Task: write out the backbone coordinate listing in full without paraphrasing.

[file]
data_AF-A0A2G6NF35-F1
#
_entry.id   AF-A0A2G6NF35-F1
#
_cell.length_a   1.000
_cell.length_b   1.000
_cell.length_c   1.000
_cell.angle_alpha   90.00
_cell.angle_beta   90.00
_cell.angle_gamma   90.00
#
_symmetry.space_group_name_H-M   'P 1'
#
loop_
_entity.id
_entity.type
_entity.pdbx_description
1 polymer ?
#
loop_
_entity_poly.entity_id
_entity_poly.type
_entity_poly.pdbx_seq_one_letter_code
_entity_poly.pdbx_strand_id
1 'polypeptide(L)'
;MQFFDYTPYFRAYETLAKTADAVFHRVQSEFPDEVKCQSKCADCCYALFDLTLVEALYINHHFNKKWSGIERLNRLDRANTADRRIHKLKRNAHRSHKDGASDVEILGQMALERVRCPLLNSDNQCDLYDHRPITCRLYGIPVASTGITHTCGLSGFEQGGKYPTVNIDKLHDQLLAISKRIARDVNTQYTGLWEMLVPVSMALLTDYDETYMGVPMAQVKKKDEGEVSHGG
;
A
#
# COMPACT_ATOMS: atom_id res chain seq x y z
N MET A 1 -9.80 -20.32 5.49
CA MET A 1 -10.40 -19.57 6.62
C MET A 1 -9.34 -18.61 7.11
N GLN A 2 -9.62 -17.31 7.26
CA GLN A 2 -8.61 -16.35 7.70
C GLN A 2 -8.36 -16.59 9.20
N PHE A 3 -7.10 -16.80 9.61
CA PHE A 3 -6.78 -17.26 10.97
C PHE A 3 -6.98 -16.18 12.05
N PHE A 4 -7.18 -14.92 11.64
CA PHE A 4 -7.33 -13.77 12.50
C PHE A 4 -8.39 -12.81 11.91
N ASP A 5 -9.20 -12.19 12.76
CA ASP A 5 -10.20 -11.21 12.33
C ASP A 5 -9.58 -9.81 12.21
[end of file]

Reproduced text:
data_AF-A0A2G6NF35-F1
#
_entry.id   AF-A0A2G6NF35-F1
#
_cell.length_a   1.000
_cell.length_b   1.000
_cell.length_c   1.000
_cell.angle_alpha   90.00
_cell.angle_beta   90.00
_cell.angle_gamma   90.00
#
_symmetry.space_group_name_H-M   'P 1'
#
loop_
_entity.id
_entity.type
_entity.pdbx_description
1 polymer ?
#
loop_
_entity_poly.entity_id
_entity_poly.type
_entity_poly.pdbx_seq_one_letter_code
_entity_poly.pdbx_strand_id
1 'polypeptide(L)'
;MQFFDYTPYFRAYETLAKTADAVFHRVQSEFPDEVKCQSKCADCCYALFDLTLVEALYINHHFNKKWSGIERLNRLDRANTADRRIHKLKRNAHRSHKDGASDVEILGQMALERVRCPLLNSDNQCDLYDHRPITCRLYGIPVASTGITHTCGLSGFEQGGKYPTVNIDKLHDQLLAISKRIARDVNTQYTGLWEMLVPVSMALLTDYDETYMGVPMAQVKKKDEGEVSHGG
;
A
#
# COMPACT_ATOMS: atom_id res chain seq x y z
N MET A 1 -9.80 -20.32 5.49
CA MET A 1 -10.40 -19.57 6.62
C MET A 1 -9.34 -18.61 7.11
N GLN A 2 -9.62 -17.31 7.26
CA GLN A 2 -8.61 -16.35 7.70
C GLN A 2 -8.36 -16.59 9.20
N PHE A 3 -7.10 -16.80 9.61
CA PHE A 3 -6.78 -17.26 10.97
C PHE A 3 -6.98 -16.18 12.05
N PHE A 4 -7.18 -14.92 11.64
CA PHE A 4 -7.33 -13.77 12.50
C PHE A 4 -8.39 -12.81 11.91
N ASP A 5 -9.20 -12.19 12.76
CA ASP A 5 -10.20 -11.21 12.33
C ASP A 5 -9.58 -9.81 12.21